Out of government during his so-called "wilderness years" in the 1930s, Churchill took the lead in calling for British rearmament to counter the growing threat of militarism in Nazi Germany. At the outbreak of the Second World War he was re-appointed First Lord of the Admiralty. In May 1940, he became Prime Minister, replacing Neville Chamberlain. Churchill formed a national government and oversaw British involvement in the Allied war effort against the Axis powers, resulting in victory in 1945. After the Conservatives' defeat in the 1945 general election, he became Leader of the Opposition. Amid the developing Cold War with the Soviet Union, he publicly warned of an "iron curtain" of Soviet influence in Europe and promoted European unity. He lost the 1950 election, but was returned to office in 1951. His second term was preoccupied with foreign affairs, especially Anglo-American relations and the preservation of the British Empire. Domestically, his government emphasised house-building and completed the development of a nuclear weapon (begun by his predecessor). In declining health, Churchill resigned as Prime Minister in 1955, although he remained an MP until 1964. Upon his death in 1965, he was given a state funeral.

Widely considered one of the 20th century's most significant figures, Churchill remains popular in the UK and Western world, where he is seen as a victorious wartime leader who played an important role in defending Europe's liberal democracy against the spread of fascism. He has also been praised for his role in the Liberal welfare reforms. He has, however, been criticised for some wartime events and also for his imperialist views. As a writer, Churchill was awarded the Nobel Prize for Literature in 1953 for his historical and biographical work. He was also a prolific painter.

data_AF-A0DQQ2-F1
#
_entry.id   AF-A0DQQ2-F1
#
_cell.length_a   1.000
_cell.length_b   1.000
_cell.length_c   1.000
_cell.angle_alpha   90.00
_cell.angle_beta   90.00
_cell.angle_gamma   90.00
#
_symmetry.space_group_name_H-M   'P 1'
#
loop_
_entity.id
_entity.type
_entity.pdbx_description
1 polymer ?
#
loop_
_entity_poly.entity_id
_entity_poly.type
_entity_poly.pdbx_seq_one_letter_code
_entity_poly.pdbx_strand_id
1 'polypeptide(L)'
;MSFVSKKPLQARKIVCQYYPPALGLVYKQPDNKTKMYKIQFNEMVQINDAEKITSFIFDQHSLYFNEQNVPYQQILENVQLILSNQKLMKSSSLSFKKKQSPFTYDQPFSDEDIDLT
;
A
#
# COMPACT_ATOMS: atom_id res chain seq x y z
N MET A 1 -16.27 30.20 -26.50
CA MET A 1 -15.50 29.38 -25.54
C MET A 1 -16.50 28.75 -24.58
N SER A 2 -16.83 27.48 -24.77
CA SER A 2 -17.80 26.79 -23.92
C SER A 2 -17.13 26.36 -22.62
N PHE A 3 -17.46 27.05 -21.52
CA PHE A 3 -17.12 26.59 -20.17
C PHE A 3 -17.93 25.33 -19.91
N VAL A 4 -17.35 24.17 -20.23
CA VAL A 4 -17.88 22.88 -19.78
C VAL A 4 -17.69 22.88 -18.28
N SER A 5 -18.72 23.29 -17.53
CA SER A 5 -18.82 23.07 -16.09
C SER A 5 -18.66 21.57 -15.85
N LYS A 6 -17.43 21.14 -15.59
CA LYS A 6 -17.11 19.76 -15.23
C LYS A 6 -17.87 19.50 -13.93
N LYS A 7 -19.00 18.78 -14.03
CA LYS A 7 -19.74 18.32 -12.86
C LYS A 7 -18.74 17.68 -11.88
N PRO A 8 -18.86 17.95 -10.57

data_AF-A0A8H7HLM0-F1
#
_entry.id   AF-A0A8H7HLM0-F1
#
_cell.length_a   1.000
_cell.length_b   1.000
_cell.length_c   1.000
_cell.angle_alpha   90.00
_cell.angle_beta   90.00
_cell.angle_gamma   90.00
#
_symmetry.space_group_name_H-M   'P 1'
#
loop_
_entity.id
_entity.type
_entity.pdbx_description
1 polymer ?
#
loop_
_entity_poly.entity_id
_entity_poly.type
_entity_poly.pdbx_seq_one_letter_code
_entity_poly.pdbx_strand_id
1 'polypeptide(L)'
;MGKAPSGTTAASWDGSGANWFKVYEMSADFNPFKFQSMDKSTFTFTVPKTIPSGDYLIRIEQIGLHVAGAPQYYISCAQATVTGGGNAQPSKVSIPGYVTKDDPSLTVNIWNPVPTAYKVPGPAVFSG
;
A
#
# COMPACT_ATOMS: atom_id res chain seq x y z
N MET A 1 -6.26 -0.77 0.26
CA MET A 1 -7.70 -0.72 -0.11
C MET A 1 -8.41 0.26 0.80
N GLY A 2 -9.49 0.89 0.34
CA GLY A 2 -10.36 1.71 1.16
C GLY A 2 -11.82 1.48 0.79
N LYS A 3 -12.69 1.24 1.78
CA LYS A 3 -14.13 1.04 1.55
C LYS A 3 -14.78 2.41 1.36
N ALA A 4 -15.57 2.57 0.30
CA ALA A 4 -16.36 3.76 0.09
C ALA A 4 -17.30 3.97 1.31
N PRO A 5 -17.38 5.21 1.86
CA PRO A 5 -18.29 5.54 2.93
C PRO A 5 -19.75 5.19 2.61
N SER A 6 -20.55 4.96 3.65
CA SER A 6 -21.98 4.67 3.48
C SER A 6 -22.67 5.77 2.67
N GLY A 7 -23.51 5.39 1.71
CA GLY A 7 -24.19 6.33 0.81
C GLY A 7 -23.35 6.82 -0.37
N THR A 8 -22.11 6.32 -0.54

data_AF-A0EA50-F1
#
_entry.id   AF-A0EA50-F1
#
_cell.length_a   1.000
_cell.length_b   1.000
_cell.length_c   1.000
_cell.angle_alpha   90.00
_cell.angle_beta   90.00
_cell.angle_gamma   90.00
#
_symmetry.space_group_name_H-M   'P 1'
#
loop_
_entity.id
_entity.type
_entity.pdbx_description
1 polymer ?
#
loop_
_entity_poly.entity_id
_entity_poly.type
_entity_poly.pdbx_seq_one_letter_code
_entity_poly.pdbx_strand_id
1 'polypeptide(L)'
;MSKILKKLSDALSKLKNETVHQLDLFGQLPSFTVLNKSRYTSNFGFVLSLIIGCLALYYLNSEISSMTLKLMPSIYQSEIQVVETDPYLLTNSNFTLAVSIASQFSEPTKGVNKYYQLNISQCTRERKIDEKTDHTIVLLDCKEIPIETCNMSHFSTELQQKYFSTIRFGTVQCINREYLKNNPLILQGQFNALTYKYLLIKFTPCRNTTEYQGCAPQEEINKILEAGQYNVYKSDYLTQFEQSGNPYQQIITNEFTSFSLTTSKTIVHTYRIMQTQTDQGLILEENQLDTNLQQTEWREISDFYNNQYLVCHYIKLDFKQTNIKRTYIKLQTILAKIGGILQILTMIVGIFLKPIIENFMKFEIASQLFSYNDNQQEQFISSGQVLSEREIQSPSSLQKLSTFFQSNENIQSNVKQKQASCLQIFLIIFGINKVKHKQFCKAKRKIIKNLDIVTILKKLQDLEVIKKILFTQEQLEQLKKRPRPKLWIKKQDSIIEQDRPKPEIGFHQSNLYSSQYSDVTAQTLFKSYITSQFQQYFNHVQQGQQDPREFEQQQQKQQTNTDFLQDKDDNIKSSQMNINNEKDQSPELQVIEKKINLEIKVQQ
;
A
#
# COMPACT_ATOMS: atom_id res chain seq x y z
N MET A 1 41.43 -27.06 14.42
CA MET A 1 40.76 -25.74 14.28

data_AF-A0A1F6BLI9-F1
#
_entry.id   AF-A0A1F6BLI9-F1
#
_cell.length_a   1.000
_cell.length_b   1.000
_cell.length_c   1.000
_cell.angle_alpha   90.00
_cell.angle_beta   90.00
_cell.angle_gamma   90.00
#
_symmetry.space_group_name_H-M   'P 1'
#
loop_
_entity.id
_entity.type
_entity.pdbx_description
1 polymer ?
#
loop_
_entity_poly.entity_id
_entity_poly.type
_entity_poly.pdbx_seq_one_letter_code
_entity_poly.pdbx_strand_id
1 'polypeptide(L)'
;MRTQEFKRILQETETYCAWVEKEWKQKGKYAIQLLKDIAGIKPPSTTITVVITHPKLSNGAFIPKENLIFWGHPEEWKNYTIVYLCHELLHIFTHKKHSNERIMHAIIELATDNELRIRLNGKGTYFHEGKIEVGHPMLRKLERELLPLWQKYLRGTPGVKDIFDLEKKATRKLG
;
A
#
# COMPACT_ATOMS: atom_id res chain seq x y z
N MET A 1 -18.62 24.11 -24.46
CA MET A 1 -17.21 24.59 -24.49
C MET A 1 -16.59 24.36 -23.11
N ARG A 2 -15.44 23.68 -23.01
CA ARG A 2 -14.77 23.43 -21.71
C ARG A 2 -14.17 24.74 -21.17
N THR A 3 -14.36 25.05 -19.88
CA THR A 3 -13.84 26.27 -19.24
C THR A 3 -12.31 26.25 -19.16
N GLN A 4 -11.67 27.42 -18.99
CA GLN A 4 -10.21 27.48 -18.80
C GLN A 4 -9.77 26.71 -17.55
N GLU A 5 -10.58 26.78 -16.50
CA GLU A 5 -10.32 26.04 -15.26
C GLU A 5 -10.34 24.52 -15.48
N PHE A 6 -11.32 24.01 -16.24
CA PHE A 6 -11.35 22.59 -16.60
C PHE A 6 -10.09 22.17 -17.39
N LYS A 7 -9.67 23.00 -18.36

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  1.   Winston Churchill, in Wikipedia: The Free Encyclopedia.
  2.   Nexus, NEHGS
    v 13, #5, p 168.

    Churchill, born November 30, 1874, was the eldest son of Lord Randolph Churchill and the American heiress Jennie Jerome. He graduated from the Royal Military College at Sandhurst, but having served in India and the Sudan he resigned his cavalry commission in 1899 to become a correspondent during the Boer War. A daring escape after he had been captured made him a national hero, and in 1900 he was elected to Parliament as a Conservative. Despite his aristocratic background, he switched in 1904 to the Liberal Party. In 1908 he became president of the Board of Trade in Herbert Henry Asquith's Liberal cabinet. Then, and later as home secretary (1910-11), he worked for special reform in tandem with David Lloyd George. As first lord of the admiralty (1911-15), Churchill was a vigorous modernizer of the navy.

    World War I and the Interwar Period: Churchill's role in World War I was controversial and almost destroyed his career. Naval problems and his support of the disastrous Gallipoli campaign forced his resignation from the admiralty. Following service as a battalion commander in France, he joined Lloyd George's coalition cabinet, and from 1917 to 1922 he filled several important positions, including minister of munitions and secretary for war. The collapse of Lloyd George and the Liberal Party in 1922 left Churchill out of Parliament between 1922 and 1924. Returning in 1924, he became chancellor of the Exchequer in Stanley Baldwin's Conservative government (1924-29). As such he displayed his new conservatism by returning Britain to the gold standard and vigorously condemning the trade unions during the general strike of 1926.